Americans Live A Bit Longer – But The Health Care System Still Focuses On Treatment, Not On Prevention The US still lags behind much poorer countries like Greece when it comes to life expectancy

WASHINGTON – Life expectancy in the US reached a new high point: 78.8 years. This is good news. Longer lives, according to some analysts, could be attributed to healthier life styles. It would appear that some Americans eat better and exercise more. As a result, they live longer. Well, I hope so. But the truth, according to others, may be instead that people live longer simply because they get more medical treatment, mostly for totally preventable diseases.

US in context

Besides, if you look at this life expectancy high number in context, it is really not that great. Compared to other developed countries, America does not shine. Indeed, the US comes at number 42 in global life expectancy rankings. (CIA, World Factbook). Most interesting, America is behind Italy, Spain and Greece, three of the worst performing and now semi-impoverished European Union members. These are highly indebted countries, with horrendous unemployment and declining economies that must have caused cuts in health care spending. And yet their life expectancy is better than America.

High spending, modest outcomes

More broadly, let’s consider that the US spends about 18% of GDP on health care, an absurdly large amount, and by far the largest percentage among all rich countries. In fact, other rich countries at most spend around 9 or 10% of their national wealth on health.

So, while we should celebrate our improved numbers, if we look at the US in context, there is hardly anything to brag about.

The bottom line is that here in America the most expensive health care system in the world buys you a life expectancy below Greece, and only a little bit ahead of Portugal, another below average EU economy.


And the reason for this mediocre performance is largely because, as a Nation, we are not doing enough to embrace life styles that promote “wellness”. It may be indeed the case that at least some Americans now recognize the health value of a healthier diet and more exercise. And this is good.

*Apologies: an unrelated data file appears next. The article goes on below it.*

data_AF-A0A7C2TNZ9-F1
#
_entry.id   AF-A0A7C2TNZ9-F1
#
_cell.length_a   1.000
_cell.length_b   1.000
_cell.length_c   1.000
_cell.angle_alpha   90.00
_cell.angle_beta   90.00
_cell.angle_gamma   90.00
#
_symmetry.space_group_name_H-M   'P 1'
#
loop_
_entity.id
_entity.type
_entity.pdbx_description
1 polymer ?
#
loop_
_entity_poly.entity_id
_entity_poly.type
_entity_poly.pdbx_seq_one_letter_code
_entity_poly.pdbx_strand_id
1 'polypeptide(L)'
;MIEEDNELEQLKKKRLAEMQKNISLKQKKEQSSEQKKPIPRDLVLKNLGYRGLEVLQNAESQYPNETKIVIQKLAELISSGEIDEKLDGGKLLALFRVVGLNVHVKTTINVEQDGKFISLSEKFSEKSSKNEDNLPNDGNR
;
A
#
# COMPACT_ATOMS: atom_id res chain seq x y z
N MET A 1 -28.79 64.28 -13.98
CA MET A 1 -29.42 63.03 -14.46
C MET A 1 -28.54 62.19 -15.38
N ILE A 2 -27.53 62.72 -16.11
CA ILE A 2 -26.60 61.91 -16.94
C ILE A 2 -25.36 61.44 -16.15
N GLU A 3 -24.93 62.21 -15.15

But America has a long, long way to go. One in three Americans is either obese or overweight. Obesity related chronic diseases are among the leading causes of death. Which is to say that many illnesses that reduce quality of life and hasten death are caused by bad habits that can and should be dropped in favor of healthier ones.

Prevention can do wonders

And the experts know this. Here is a quote from a recent piece in Health Day News that addressed the correlation between medical care, life style choices, overall health and life expectancy:

“Dr. Suzanne Steinbaum, a preventive cardiologist at Lenox Hill Hospital in New York City, said these “major causes of death are lifestyle driven. We are doing a better job in prevention and treatment.”

And though people may be eating better and exercising and giving up smoking, a lot of the improvement in life expectancy results from better medical care for many of the chronic conditions, she said.

Preventing illness, by lowering blood pressure and cholesterol and quitting smoking, have gone a long way in preventing heart disease and stroke. In addition, screening has reduced deaths from breast, colon and other cancers.”

“The most common causes of death are due to how you choose to live,” Steinbaum said. “If we can get how we eat and how we exercise under control, we can prevent many major causes of death,” she said. [Bold added]

“We can stop being a treatment-oriented country, and become a prevention-oriented country and extend life tremendously,” Steinbaum said. [Bold added]

Drop the bad habits

So, here is the real picture. More Americans are getting better treatments for cardiovascular and other diseases, plus more screenings that catch cancers at the early stages. Improved health care helped to reduce mortality. Hence our higher life expectancy numbers. But there is a better way that will get you much better results.

Indeed, as Dr. Steinbaum says, dropping the bad habits that shorten our lives, (unhealthy food, lack of exercise), would make a real difference. Healthier people live longer.

Right now people live a bit longer mostly because they get more and possibly better treatment. But the irony is that most of the diseases that are cured more effectively are preventable. Indeed, type two diabetes and many cardiovascular illnesses come along as a result of bad diet and lack of exercise. Which is to say that we focus our resources on the wrong target: cure, instead of prevention.

The game changer

Therefore, the real game changer would be for millions of not so healthy Americans to fully embrace wellness goals, this way helping America to become a “prevention-oriented country“. This is a much better way to “extend life tremendously“.

And, by the way, this is not extremely complicated. In many cases, eating more fruits and vegetables and walking at least 30 minutes a day could make the difference between a premature death and a more enjoyable, longer life.

As we can see by looking at other countries, longer lives are not the result of pouring more and more money into heath care aimed at treating preventable diseases. The real trick is to prevent illnesses by adopting the good habits that help you stay healthy.


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